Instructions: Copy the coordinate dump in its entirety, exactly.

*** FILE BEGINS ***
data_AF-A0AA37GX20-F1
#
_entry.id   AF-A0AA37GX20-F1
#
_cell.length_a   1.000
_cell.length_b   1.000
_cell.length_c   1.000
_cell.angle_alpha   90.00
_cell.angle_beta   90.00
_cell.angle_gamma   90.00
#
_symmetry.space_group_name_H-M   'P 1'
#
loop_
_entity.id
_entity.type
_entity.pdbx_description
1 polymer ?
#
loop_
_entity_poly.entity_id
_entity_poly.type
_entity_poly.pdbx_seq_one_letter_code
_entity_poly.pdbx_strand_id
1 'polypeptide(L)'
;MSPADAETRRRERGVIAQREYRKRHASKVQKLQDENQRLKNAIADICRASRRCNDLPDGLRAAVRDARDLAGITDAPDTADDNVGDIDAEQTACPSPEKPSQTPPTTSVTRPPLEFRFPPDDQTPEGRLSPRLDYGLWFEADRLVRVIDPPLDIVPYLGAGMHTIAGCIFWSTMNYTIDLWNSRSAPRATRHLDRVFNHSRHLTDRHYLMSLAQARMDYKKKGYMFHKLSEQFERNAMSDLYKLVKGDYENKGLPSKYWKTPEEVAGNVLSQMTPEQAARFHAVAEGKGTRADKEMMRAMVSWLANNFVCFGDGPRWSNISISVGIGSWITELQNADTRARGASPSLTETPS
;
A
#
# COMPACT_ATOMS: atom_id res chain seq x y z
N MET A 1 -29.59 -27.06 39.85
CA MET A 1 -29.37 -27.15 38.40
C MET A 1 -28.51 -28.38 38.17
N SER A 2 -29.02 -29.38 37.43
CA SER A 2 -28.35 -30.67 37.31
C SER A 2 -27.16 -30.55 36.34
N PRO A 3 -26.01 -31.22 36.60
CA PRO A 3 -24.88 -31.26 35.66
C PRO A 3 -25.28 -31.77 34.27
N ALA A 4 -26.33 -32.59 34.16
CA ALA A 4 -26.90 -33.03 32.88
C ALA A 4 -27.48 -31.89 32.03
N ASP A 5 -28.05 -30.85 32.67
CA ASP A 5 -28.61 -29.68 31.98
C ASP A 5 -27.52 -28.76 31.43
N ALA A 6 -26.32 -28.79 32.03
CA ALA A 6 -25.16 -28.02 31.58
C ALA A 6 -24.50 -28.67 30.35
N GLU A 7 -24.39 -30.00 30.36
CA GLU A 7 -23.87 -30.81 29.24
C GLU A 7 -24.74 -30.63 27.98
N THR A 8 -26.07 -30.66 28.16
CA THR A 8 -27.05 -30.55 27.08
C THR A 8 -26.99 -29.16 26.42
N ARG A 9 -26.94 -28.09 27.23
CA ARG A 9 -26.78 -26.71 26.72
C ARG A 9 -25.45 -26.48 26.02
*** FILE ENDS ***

data_AF-A0AA37GX20-F1
#
_entry.id   AF-A0AA37GX20-F1
#
_cell.length_a   1.000
_cell.length_b   1.000
_cell.length_c   1.000
_cell.angle_alpha   90.00
_cell.angle_beta   90.00
_cell.angle_gamma   90.00
#
_symmetry.space_group_name_H-M   'P 1'
#
loop_
_entity.id
_entity.type
_entity.pdbx_description
1 polymer ?
#
loop_
_entity_poly.entity_id
_entity_poly.type
_entity_poly.pdbx_seq_one_letter_code
_entity_poly.pdbx_strand_id
1 'polypeptide(L)'
;MSPADAETRRRERGVIAQREYRKRHASKVQKLQDENQRLKNAIADICRASRRCNDLPDGLRAAVRDARDLAGITDAPDTADDNVGDIDAEQTACPSPEKPSQTPPTTSVTRPPLEFRFPPDDQTPEGRLSPRLDYGLWFEADRLVRVIDPPLDIVPYLGAGMHTIAGCIFWSTMNYTIDLWNSRSAPRATRHLDRVFNHSRHLTDRHYLMSLAQARMDYKKKGYMFHKLSEQFERNAMSDLYKLVKGDYENKGLPSKYWKTPEEVAGNVLSQMTPEQAARFHAVAEGKGTRADKEMMRAMVSWLANNFVCFGDGPRWSNISISVGIGSWITELQNADTRARGASPSLTETPS
;
A
#
# COMPACT_ATOMS: atom_id res chain seq x y z
N MET A 1 -29.59 -27.06 39.85
CA MET A 1 -29.37 -27.15 38.40
C MET A 1 -28.51 -28.38 38.17
N SER A 2 -29.02 -29.38 37.43
CA SER A 2 -28.35 -30.67 37.31
C SER A 2 -27.16 -30.55 36.34
N PRO A 3 -26.01 -31.22 36.60
CA PRO A 3 -24.88 -31.26 35.66
C PRO A 3 -25.28 -31.77 34.27
N ALA A 4 -26.33 -32.59 34.16
CA ALA A 4 -26.90 -33.03 32.88
C ALA A 4 -27.48 -31.89 32.03
N ASP A 5 -28.05 -30.85 32.67
CA ASP A 5 -28.61 -29.68 31.98
C ASP A 5 -27.52 -28.76 31.43
N ALA A 6 -26.32 -28.79 32.03
CA ALA A 6 -25.16 -28.02 31.58
C ALA A 6 -24.50 -28.67 30.35
N GLU A 7 -24.39 -30.00 30.36
CA GLU A 7 -23.87 -30.81 29.24
C GLU A 7 -24.74 -30.63 27.98
N THR A 8 -26.07 -30.66 28.16
CA THR A 8 -27.05 -30.55 27.08
C THR A 8 -26.99 -29.16 26.42
N ARG A 9 -26.94 -28.09 27.23
CA ARG A 9 -26.78 -26.71 26.72
C ARG A 9 -25.45 -26.48 26.02